KitGuru says: We believe that a strong AMD is vital to the market. With Intel cutting back on overclocking options on its new Core range, AMD should be ready to step up with new CPUs and re-capture enthusiast market share. AMD Fusion promised to create a new class of product, which spurred Intel into action with Larrabee. The GTX460 and 560 are only as good as they are, because Radeon keeps on pushing GeForce. Competition is GREAT for customers, but if AMD wants to join the Fortune 500 any time soon, then it needs to step up its game and convince us, Steve Jobs style, that the Future is Fusion.

Comments below or in the KitGuru forum.

Check Also

Report claims Intel’s 10nm Cannon Lake rollout may have been pushed back further

While Intel is still planning to roll out 14nm+ processors for the desktop market, the …

  • Ben

    Yeah I agree, the coverage has been bollocks all round.

  • Tony

    Wow, I just saw the massive article you posted, off to read it now. never even knew it was out.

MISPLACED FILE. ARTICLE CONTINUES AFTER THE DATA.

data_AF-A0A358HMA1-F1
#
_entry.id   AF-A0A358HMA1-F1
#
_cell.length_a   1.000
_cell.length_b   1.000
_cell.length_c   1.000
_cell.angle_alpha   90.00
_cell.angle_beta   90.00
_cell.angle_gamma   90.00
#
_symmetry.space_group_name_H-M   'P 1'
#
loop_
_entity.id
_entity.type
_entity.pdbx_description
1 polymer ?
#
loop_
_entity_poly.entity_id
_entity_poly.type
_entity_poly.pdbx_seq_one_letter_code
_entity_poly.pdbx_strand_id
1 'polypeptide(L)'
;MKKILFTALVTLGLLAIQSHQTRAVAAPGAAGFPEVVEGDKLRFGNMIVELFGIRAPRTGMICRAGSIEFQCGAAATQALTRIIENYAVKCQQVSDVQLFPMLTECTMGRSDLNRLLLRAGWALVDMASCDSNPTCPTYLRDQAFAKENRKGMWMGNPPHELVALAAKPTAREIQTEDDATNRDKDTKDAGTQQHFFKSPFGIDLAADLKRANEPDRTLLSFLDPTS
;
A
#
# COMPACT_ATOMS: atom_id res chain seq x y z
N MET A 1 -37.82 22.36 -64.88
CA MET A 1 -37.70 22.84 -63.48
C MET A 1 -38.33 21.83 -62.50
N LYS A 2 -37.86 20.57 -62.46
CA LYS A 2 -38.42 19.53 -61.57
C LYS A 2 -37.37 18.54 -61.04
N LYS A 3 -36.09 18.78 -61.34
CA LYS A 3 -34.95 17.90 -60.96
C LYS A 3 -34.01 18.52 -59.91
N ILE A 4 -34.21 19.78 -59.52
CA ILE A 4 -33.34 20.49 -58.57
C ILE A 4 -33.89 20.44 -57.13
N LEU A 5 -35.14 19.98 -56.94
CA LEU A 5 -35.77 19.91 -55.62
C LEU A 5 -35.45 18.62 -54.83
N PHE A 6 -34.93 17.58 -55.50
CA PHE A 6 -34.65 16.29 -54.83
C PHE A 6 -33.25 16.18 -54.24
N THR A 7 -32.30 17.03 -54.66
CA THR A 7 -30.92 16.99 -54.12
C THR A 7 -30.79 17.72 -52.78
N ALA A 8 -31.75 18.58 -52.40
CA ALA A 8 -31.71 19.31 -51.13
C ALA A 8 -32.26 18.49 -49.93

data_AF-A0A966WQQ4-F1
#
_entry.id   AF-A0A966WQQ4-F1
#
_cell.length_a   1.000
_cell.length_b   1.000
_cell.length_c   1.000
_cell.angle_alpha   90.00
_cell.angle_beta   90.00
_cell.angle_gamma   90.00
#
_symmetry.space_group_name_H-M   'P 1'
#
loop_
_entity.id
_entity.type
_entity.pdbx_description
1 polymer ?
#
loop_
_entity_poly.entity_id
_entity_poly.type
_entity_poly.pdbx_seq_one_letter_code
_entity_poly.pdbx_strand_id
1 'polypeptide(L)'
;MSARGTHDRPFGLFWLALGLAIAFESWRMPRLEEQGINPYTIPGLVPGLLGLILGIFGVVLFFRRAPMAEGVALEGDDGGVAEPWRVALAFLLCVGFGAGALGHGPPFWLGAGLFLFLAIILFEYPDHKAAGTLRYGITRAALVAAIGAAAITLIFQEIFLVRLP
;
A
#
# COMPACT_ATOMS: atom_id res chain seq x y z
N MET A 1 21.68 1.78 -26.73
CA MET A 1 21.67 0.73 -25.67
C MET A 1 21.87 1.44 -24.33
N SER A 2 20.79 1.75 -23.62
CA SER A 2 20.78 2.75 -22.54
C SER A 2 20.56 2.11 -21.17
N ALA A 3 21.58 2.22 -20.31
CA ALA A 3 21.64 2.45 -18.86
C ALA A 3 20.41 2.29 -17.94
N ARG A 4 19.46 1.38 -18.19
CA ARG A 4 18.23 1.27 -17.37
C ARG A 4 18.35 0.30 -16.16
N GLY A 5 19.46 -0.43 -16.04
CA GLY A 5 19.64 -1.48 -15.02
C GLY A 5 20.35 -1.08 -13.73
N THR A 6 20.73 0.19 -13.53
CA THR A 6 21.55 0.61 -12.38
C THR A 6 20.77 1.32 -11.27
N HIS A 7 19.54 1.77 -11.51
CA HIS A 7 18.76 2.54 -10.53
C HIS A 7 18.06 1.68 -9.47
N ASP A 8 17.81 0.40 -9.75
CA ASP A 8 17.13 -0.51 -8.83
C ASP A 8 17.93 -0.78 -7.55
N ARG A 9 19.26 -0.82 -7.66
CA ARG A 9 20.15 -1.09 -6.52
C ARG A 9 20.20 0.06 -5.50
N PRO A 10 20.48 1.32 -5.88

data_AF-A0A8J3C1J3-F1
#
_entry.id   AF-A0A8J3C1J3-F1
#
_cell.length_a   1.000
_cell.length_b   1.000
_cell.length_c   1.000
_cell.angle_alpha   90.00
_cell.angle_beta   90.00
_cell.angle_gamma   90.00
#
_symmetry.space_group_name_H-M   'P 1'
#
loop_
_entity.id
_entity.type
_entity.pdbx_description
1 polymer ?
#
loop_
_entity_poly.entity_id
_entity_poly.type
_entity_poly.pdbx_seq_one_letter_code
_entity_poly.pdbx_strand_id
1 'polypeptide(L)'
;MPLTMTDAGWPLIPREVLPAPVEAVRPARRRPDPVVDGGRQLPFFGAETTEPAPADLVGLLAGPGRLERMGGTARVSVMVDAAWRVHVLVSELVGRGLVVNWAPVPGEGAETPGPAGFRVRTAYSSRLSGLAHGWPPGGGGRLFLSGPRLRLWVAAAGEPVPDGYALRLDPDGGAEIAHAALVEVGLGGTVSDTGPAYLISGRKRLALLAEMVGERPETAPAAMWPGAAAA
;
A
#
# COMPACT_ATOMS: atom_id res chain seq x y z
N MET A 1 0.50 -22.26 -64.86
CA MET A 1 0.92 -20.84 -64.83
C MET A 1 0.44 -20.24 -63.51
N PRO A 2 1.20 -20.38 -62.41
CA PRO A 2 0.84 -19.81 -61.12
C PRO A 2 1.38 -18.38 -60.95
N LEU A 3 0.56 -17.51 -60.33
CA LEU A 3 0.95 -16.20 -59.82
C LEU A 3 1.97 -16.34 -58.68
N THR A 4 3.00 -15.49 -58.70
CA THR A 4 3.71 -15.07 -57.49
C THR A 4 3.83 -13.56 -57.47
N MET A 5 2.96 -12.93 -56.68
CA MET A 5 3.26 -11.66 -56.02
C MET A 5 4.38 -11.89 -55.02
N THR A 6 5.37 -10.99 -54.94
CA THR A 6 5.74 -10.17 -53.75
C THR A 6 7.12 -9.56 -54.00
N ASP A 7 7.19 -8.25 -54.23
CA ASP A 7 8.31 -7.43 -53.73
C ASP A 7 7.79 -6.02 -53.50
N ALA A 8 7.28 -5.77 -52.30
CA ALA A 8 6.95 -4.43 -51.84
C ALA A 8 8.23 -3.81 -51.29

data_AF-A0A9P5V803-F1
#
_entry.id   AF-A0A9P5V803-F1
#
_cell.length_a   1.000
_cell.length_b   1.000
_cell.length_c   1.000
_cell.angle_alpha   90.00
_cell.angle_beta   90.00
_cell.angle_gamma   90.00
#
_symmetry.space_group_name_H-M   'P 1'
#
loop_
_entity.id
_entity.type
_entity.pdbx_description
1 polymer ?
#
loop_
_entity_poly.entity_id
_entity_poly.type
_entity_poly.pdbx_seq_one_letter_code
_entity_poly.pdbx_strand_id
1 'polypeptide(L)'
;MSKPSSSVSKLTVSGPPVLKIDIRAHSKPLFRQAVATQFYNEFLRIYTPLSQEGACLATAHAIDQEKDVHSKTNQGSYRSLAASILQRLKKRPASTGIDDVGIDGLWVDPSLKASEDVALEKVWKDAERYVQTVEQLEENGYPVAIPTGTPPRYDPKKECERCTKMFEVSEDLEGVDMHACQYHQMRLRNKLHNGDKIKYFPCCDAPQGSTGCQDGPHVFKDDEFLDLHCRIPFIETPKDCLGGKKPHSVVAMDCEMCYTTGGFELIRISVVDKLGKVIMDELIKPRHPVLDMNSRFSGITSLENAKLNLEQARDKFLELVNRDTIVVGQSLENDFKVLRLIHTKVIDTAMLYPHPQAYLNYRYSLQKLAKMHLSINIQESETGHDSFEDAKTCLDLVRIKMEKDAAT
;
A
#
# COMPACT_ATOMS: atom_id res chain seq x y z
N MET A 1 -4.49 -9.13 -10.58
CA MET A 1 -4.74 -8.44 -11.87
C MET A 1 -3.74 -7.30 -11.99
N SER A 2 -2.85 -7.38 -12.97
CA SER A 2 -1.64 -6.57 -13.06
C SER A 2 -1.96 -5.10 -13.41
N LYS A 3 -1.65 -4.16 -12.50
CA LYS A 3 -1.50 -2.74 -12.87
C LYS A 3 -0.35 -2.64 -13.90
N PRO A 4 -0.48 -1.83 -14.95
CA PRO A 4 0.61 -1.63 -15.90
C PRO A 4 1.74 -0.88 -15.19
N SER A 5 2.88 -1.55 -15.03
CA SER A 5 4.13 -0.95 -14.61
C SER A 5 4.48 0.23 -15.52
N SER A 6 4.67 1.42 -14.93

• nEd

    What a mess, out on 22nd january and no one I know who is into tech even knows its out. nice job

  • Frankie Delma

    Maybe they know its not that good?

  • Tech Head

    Did you read the review here Frankie? Its actually better than I thought it would be. AMD aren’t known for low power drain solutions, and this looks better than ATOM.

  • P1n3apqlExpr3ss

    Why the E-240 in particular? All the focus ive seen has been on the E-350, even then it gets 14800 hits in the time frame you mentioned. So really more like 17x the hype/marketing with SB

  • Grump642

    I have seen several stories on the E240 and the E350. HP makes the DM1z using the e350. Reviews are very good. Sony has a 11.6″ with the E350 coming out next month.

  • Tim O’Theos